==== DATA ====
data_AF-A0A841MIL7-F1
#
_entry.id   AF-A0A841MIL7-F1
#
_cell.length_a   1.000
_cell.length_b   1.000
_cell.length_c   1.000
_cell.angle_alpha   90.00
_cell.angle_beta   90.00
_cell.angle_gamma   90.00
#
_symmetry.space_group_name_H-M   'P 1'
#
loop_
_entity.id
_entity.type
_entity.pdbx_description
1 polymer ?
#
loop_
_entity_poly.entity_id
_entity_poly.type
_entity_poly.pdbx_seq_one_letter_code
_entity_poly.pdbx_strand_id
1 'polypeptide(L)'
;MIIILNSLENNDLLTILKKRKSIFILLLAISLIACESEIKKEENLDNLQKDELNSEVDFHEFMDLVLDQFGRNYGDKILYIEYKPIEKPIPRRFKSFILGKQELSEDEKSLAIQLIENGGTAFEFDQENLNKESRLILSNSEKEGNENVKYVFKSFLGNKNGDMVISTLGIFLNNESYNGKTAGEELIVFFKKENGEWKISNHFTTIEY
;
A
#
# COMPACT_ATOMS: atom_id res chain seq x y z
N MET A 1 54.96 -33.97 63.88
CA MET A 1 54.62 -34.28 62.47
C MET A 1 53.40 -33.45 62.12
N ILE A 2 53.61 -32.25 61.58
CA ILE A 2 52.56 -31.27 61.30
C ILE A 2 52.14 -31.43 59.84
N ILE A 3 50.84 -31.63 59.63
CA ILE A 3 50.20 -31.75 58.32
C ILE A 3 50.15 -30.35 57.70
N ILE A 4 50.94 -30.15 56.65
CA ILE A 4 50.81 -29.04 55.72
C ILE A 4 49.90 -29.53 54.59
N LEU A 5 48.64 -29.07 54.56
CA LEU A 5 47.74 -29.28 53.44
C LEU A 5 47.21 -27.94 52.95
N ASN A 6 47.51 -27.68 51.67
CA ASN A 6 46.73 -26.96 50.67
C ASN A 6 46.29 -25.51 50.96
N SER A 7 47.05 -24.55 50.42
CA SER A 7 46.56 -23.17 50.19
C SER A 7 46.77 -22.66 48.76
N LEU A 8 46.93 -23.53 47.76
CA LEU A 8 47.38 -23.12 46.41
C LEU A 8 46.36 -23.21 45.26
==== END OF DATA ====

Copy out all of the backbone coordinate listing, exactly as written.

data_AF-A0A841MIL7-F1
#
_entry.id   AF-A0A841MIL7-F1
#
_cell.length_a   1.000
_cell.length_b   1.000
_cell.length_c   1.000
_cell.angle_alpha   90.00
_cell.angle_beta   90.00
_cell.angle_gamma   90.00
#
_symmetry.space_group_name_H-M   'P 1'
#
loop_
_entity.id
_entity.type
_entity.pdbx_description
1 polymer ?
#
loop_
_entity_poly.entity_id
_entity_poly.type
_entity_poly.pdbx_seq_one_letter_code
_entity_poly.pdbx_strand_id
1 'polypeptide(L)'
;MIIILNSLENNDLLTILKKRKSIFILLLAISLIACESEIKKEENLDNLQKDELNSEVDFHEFMDLVLDQFGRNYGDKILYIEYKPIEKPIPRRFKSFILGKQELSEDEKSLAIQLIENGGTAFEFDQENLNKESRLILSNSEKEGNENVKYVFKSFLGNKNGDMVISTLGIFLNNESYNGKTAGEELIVFFKKENGEWKISNHFTTIEY
;
A
#
# COMPACT_ATOMS: atom_id res chain seq x y z
N MET A 1 54.96 -33.97 63.88
CA MET A 1 54.62 -34.28 62.47
C MET A 1 53.40 -33.45 62.12
N ILE A 2 53.61 -32.25 61.58
CA ILE A 2 52.56 -31.27 61.30
C ILE A 2 52.14 -31.43 59.84
N ILE A 3 50.84 -31.63 59.63
CA ILE A 3 50.20 -31.75 58.32
C ILE A 3 50.15 -30.35 57.70
N ILE A 4 50.94 -30.15 56.65
CA ILE A 4 50.81 -29.04 55.72
C ILE A 4 49.90 -29.53 54.59
N LEU A 5 48.64 -29.07 54.56
CA LEU A 5 47.74 -29.28 53.44
C LEU A 5 47.21 -27.94 52.95
N ASN A 6 47.51 -27.68 51.67
CA ASN A 6 46.73 -26.96 50.67
C ASN A 6 46.29 -25.51 50.96
N SER A 7 47.05 -24.55 50.42
CA SER A 7 46.56 -23.17 50.19
C SER A 7 46.77 -22.66 48.76
N LEU A 8 46.93 -23.53 47.76
CA LEU A 8 47.38 -23.12 46.41
C LEU A 8 46.36 -23.21 45.26